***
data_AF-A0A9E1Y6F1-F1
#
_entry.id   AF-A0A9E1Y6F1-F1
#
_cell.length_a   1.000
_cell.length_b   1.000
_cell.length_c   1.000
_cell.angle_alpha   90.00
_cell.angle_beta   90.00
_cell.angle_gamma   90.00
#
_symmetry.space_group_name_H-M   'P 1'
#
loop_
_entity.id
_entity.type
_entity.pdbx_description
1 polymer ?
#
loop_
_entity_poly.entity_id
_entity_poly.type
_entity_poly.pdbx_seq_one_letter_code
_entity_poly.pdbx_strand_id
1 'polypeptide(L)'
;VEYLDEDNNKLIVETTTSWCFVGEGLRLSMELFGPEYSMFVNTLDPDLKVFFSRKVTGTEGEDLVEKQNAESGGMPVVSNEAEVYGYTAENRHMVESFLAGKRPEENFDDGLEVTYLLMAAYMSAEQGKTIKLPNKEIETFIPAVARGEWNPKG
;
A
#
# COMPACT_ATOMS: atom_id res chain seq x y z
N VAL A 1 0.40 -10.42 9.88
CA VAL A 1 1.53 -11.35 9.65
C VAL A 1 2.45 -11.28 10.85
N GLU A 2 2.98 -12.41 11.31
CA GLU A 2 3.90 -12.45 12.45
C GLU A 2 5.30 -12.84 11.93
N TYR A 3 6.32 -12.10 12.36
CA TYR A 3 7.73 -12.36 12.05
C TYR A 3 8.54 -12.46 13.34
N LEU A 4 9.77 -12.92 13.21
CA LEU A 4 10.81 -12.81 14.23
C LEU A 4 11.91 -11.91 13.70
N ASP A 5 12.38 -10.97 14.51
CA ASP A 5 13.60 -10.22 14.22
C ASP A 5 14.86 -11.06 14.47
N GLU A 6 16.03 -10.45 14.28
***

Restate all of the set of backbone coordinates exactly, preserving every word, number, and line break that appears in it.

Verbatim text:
data_AF-A0A9E1Y6F1-F1
#
_entry.id   AF-A0A9E1Y6F1-F1
#
_cell.length_a   1.000
_cell.length_b   1.000
_cell.length_c   1.000
_cell.angle_alpha   90.00
_cell.angle_beta   90.00
_cell.angle_gamma   90.00
#
_symmetry.space_group_name_H-M   'P 1'
#
loop_
_entity.id
_entity.type
_entity.pdbx_description
1 polymer ?
#
loop_
_entity_poly.entity_id
_entity_poly.type
_entity_poly.pdbx_seq_one_letter_code
_entity_poly.pdbx_strand_id
1 'polypeptide(L)'
;VEYLDEDNNKLIVETTTSWCFVGEGLRLSMELFGPEYSMFVNTLDPDLKVFFSRKVTGTEGEDLVEKQNAESGGMPVVSNEAEVYGYTAENRHMVESFLAGKRPEENFDDGLEVTYLLMAAYMSAEQGKTIKLPNKEIETFIPAVARGEWNPKG
;
A
#
# COMPACT_ATOMS: atom_id res chain seq x y z
N VAL A 1 0.40 -10.42 9.88
CA VAL A 1 1.53 -11.35 9.65
C VAL A 1 2.45 -11.28 10.85
N GLU A 2 2.98 -12.41 11.31
CA GLU A 2 3.90 -12.45 12.45
C GLU A 2 5.30 -12.84 11.93
N TYR A 3 6.32 -12.10 12.36
CA TYR A 3 7.73 -12.36 12.05
C TYR A 3 8.54 -12.46 13.34
N LEU A 4 9.77 -12.92 13.21
CA LEU A 4 10.81 -12.81 14.23
C LEU A 4 11.91 -11.91 13.70
N ASP A 5 12.38 -10.97 14.51
CA ASP A 5 13.60 -10.22 14.22
C ASP A 5 14.86 -11.06 14.47
N GLU A 6 16.03 -10.45 14.28